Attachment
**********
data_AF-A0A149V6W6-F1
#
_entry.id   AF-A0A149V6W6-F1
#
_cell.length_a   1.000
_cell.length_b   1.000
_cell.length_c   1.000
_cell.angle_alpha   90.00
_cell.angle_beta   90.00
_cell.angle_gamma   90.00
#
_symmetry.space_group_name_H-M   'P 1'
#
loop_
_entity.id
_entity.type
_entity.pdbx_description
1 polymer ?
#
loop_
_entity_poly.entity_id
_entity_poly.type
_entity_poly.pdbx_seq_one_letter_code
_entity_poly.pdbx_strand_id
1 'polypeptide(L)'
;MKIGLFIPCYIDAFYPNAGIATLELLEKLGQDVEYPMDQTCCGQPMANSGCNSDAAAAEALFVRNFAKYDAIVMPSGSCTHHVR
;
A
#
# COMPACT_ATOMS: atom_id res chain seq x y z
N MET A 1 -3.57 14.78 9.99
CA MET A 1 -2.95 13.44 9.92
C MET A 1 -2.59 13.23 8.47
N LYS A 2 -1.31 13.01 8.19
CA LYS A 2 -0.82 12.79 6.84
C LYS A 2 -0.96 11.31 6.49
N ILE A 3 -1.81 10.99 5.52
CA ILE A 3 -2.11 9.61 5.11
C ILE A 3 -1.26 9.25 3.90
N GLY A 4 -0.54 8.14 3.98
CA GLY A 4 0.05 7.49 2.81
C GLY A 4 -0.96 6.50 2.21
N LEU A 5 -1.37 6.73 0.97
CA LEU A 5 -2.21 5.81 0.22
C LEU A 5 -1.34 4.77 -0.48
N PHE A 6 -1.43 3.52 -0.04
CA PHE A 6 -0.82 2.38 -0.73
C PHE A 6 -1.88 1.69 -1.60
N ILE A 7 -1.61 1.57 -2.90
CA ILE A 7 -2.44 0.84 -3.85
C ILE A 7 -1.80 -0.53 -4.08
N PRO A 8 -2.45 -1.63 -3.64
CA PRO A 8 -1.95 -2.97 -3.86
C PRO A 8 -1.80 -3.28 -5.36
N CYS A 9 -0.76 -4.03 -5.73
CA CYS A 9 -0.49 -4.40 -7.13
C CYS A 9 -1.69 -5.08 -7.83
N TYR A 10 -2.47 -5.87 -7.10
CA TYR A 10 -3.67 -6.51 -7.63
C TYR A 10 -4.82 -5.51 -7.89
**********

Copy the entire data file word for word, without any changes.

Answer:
data_AF-A0A149V6W6-F1
#
_entry.id   AF-A0A149V6W6-F1
#
_cell.length_a   1.000
_cell.length_b   1.000
_cell.length_c   1.000
_cell.angle_alpha   90.00
_cell.angle_beta   90.00
_cell.angle_gamma   90.00
#
_symmetry.space_group_name_H-M   'P 1'
#
loop_
_entity.id
_entity.type
_entity.pdbx_description
1 polymer ?
#
loop_
_entity_poly.entity_id
_entity_poly.type
_entity_poly.pdbx_seq_one_letter_code
_entity_poly.pdbx_strand_id
1 'polypeptide(L)'
;MKIGLFIPCYIDAFYPNAGIATLELLEKLGQDVEYPMDQTCCGQPMANSGCNSDAAAAEALFVRNFAKYDAIVMPSGSCTHHVR
;
A
#
# COMPACT_ATOMS: atom_id res chain seq x y z
N MET A 1 -3.57 14.78 9.99
CA MET A 1 -2.95 13.44 9.92
C MET A 1 -2.59 13.23 8.47
N LYS A 2 -1.31 13.01 8.19
CA LYS A 2 -0.82 12.79 6.84
C LYS A 2 -0.96 11.31 6.49
N ILE A 3 -1.81 10.99 5.52
CA ILE A 3 -2.11 9.61 5.11
C ILE A 3 -1.26 9.25 3.90
N GLY A 4 -0.54 8.14 3.98
CA GLY A 4 0.05 7.49 2.81
C GLY A 4 -0.96 6.50 2.21
N LEU A 5 -1.37 6.73 0.97
CA LEU A 5 -2.21 5.81 0.22
C LEU A 5 -1.34 4.77 -0.48
N PHE A 6 -1.43 3.52 -0.04
CA PHE A 6 -0.82 2.38 -0.73
C PHE A 6 -1.88 1.69 -1.60
N ILE A 7 -1.61 1.57 -2.90
CA ILE A 7 -2.44 0.84 -3.85
C ILE A 7 -1.80 -0.53 -4.08
N PRO A 8 -2.45 -1.63 -3.64
CA PRO A 8 -1.95 -2.97 -3.86
C PRO A 8 -1.80 -3.28 -5.36
N CYS A 9 -0.76 -4.03 -5.73
CA CYS A 9 -0.49 -4.40 -7.13
C CYS A 9 -1.69 -5.08 -7.83
N TYR A 10 -2.47 -5.87 -7.10
CA TYR A 10 -3.67 -6.51 -7.63
C TYR A 10 -4.82 -5.51 -7.89